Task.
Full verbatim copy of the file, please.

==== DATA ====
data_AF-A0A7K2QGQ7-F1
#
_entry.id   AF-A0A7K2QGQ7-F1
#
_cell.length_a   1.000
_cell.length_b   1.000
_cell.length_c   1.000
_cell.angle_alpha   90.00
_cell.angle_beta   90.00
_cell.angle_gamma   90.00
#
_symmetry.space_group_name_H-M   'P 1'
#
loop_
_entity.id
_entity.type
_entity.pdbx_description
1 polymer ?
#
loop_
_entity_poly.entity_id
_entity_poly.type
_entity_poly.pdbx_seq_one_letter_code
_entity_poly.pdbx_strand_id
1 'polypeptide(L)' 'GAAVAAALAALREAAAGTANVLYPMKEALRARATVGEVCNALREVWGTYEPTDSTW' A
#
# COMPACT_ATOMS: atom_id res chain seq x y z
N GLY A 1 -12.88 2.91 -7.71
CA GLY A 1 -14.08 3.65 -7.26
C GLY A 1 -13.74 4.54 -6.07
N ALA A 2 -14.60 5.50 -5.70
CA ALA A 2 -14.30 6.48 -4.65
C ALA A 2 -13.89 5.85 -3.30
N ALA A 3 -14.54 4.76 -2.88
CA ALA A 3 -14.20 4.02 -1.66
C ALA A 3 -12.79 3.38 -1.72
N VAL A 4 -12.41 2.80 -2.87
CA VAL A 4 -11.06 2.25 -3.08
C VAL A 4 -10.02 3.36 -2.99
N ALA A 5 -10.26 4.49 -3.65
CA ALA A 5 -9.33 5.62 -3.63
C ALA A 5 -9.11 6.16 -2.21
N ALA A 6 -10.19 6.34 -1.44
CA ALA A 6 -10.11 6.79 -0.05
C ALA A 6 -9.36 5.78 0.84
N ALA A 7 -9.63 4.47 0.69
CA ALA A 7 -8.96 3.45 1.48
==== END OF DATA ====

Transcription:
data_AF-A0A7K2QGQ7-F1
#
_entry.id   AF-A0A7K2QGQ7-F1
#
_cell.length_a   1.000
_cell.length_b   1.000
_cell.length_c   1.000
_cell.angle_alpha   90.00
_cell.angle_beta   90.00
_cell.angle_gamma   90.00
#
_symmetry.space_group_name_H-M   'P 1'
#
loop_
_entity.id
_entity.type
_entity.pdbx_description
1 polymer ?
#
loop_
_entity_poly.entity_id
_entity_poly.type
_entity_poly.pdbx_seq_one_letter_code
_entity_poly.pdbx_strand_id
1 'polypeptide(L)' 'GAAVAAALAALREAAAGTANVLYPMKEALRARATVGEVCNALREVWGTYEPTDSTW' A
#
# COMPACT_ATOMS: atom_id res chain seq x y z
N GLY A 1 -12.88 2.91 -7.71
CA GLY A 1 -14.08 3.65 -7.26
C GLY A 1 -13.74 4.54 -6.07
N ALA A 2 -14.60 5.50 -5.70
CA ALA A 2 -14.30 6.48 -4.65
C ALA A 2 -13.89 5.85 -3.30
N ALA A 3 -14.54 4.76 -2.88
CA ALA A 3 -14.20 4.02 -1.66
C ALA A 3 -12.79 3.38 -1.72
N VAL A 4 -12.41 2.80 -2.87
CA VAL A 4 -11.06 2.25 -3.08
C VAL A 4 -10.02 3.36 -2.99
N ALA A 5 -10.26 4.49 -3.65
CA ALA A 5 -9.33 5.62 -3.63
C ALA A 5 -9.11 6.16 -2.21
N ALA A 6 -10.19 6.34 -1.44
CA ALA A 6 -10.11 6.79 -0.05
C ALA A 6 -9.36 5.78 0.84
N ALA A 7 -9.63 4.47 0.69
CA ALA A 7 -8.96 3.45 1.48